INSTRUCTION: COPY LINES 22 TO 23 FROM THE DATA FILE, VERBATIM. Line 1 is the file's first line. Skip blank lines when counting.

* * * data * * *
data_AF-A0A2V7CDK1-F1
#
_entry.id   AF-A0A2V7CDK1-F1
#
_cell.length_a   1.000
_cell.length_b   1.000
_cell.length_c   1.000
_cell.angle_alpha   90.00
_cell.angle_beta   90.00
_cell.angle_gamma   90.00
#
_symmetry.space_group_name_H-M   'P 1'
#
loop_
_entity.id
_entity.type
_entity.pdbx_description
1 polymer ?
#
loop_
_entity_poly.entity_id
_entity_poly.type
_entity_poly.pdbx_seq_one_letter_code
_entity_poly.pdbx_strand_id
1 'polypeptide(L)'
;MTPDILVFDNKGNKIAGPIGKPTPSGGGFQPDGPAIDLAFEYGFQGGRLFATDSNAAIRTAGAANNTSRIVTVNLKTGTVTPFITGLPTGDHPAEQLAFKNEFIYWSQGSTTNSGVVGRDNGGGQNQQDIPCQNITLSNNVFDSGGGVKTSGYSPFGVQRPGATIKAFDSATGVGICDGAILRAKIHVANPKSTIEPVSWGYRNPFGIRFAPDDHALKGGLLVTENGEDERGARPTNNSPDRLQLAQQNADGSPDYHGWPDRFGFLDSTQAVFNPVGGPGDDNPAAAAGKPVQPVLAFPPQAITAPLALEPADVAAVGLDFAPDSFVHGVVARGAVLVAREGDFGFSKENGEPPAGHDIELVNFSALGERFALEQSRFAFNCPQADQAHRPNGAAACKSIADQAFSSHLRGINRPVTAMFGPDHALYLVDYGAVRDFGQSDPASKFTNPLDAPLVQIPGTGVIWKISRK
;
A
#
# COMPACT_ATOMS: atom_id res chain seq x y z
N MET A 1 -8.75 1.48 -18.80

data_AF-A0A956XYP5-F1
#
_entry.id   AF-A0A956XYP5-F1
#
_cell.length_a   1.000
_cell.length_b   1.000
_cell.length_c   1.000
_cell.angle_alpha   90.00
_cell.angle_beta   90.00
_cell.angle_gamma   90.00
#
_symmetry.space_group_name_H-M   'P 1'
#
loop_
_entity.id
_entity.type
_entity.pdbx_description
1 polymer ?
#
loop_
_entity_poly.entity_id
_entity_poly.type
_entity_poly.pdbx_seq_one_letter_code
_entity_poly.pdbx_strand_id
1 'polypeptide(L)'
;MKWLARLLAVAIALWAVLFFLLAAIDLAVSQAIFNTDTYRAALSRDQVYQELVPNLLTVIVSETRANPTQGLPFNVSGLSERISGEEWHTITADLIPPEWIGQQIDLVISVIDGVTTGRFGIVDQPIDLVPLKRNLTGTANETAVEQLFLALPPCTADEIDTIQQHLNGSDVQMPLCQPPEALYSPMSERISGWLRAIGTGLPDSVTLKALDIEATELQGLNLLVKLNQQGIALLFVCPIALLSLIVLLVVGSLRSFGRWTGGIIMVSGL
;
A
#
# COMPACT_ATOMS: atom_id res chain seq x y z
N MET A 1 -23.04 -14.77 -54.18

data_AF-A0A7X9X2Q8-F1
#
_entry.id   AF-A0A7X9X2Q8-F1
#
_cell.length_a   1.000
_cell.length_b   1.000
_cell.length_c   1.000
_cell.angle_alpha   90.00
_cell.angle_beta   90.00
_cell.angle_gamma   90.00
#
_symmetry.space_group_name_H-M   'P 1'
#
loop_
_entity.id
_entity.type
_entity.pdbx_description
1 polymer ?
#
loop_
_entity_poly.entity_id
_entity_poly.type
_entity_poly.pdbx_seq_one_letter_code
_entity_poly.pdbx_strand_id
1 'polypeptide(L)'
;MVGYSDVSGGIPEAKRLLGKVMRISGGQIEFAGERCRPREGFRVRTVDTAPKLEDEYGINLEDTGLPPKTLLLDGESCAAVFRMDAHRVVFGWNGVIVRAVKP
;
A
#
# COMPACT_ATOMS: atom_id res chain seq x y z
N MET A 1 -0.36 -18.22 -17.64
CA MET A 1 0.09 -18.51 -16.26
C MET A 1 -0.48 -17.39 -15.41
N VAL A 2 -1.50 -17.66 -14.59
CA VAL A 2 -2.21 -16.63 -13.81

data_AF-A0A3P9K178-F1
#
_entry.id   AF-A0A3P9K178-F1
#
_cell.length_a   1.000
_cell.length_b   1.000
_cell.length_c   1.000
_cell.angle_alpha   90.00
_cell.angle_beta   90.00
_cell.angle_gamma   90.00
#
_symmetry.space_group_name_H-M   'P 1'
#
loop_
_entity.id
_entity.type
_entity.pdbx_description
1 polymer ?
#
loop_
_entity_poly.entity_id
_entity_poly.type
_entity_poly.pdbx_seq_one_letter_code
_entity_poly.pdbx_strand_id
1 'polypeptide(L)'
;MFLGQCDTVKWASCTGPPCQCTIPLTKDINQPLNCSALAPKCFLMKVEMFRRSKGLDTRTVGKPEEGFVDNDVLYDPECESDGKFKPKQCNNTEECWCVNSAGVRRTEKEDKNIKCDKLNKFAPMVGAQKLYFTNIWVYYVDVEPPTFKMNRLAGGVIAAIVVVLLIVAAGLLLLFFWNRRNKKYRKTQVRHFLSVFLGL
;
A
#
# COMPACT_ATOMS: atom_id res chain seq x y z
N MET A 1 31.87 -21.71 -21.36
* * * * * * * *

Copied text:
_entity_poly.type
_entity_poly.pdbx_seq_one_letter_code